When we do not receive what we ask for, it is possible — and this often becomes apparent later — that better things lie ahead. We shouldn’t try to force situations.

MacArthur gives us an example of seeking:

Ask is very simple. A child does that. There’s no involvement in it. There’s no participation in it. You just ask. Seek is stronger than an asking. There’s a participation in it. At least you’re moving your eyes. Knock, you’re banging away. There’s a greater participation. So that even though we know everything comes from the Lord, that does not assume that we are not actively, aggressively, perseveringly involved in its fulfillment.

I mean, I don’t just sit at my office and say, “Lord, I want to preach a great sermon Sunday. Please, I ask you, give me a great sermon.” No, what I do is I ask the Lord all week for that, and then I seek that by going through the Word of God and reading and reading. And then I begin banging on the Lord, in a sense, by saying, “Lord, I’m struggling with this thing and I want to understand it,” and this one this morning, which isn’t so hot, anyway, I rewrote three times. And on and on you go, struggling with it. But the point is, I realize that God is the only one who can produce through me, but at the same time, I’ve got to be involved in that.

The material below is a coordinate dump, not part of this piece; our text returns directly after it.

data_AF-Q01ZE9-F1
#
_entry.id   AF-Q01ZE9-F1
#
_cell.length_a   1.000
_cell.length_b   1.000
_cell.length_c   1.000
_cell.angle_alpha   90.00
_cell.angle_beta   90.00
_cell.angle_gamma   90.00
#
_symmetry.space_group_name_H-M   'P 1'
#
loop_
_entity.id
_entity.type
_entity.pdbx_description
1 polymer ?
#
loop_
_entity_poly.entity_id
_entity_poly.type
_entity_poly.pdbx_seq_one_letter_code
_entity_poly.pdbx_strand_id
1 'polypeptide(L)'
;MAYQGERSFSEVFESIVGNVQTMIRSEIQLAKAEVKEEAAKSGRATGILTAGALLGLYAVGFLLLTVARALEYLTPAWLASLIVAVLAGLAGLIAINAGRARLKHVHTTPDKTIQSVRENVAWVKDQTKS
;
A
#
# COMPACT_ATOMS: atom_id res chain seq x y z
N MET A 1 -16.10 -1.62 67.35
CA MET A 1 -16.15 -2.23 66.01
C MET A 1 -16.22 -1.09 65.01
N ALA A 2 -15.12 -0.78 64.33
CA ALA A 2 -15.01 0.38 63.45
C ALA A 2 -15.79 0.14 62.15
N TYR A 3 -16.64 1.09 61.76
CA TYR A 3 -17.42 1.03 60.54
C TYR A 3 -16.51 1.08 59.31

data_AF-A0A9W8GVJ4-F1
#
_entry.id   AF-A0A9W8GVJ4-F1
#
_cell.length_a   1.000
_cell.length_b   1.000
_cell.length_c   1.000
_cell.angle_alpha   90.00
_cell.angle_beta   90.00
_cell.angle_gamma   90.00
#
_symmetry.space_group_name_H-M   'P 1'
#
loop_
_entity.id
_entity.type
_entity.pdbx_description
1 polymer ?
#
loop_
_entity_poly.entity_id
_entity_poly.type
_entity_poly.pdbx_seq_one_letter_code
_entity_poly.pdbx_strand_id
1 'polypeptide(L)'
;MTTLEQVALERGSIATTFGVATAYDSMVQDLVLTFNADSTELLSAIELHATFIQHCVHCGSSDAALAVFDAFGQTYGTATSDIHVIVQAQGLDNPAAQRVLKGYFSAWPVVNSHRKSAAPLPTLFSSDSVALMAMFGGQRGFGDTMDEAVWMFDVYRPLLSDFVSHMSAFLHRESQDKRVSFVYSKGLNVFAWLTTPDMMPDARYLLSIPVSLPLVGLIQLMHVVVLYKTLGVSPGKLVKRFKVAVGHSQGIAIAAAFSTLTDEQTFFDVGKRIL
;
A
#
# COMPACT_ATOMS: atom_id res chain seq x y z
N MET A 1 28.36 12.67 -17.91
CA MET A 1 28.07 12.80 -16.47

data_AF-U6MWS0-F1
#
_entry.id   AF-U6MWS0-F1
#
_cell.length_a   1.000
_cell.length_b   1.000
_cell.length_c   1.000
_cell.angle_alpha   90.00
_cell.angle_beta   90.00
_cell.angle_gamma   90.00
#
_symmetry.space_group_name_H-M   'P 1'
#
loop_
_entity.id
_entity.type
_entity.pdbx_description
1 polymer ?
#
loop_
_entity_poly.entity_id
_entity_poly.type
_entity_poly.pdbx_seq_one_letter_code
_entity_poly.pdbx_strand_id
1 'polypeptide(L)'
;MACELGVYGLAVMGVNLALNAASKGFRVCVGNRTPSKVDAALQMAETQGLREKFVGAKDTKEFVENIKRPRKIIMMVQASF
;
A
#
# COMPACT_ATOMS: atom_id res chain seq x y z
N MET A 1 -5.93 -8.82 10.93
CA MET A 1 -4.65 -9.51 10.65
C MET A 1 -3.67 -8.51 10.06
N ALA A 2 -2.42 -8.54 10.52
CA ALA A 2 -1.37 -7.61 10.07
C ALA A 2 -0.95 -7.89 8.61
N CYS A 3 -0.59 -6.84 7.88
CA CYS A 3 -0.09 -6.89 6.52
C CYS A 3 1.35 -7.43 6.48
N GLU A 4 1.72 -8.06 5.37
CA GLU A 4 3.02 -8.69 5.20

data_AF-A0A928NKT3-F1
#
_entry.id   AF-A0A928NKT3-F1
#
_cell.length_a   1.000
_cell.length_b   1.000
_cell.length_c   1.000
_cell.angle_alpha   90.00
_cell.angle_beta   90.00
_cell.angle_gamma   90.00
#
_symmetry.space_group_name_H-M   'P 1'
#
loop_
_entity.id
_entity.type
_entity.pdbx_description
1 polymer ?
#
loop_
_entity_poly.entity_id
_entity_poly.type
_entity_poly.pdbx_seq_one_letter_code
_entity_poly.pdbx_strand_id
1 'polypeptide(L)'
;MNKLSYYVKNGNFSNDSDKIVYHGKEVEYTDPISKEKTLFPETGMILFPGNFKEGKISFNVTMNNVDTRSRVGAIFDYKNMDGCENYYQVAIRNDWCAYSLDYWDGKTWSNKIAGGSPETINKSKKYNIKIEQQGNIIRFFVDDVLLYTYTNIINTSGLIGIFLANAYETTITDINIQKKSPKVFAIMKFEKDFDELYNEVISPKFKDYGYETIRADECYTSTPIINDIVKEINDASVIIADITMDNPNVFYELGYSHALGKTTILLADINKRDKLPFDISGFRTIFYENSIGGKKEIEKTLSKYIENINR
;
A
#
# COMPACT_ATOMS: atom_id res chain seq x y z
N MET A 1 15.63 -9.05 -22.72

Matthew Henry has a marvellous exposition of these two verses: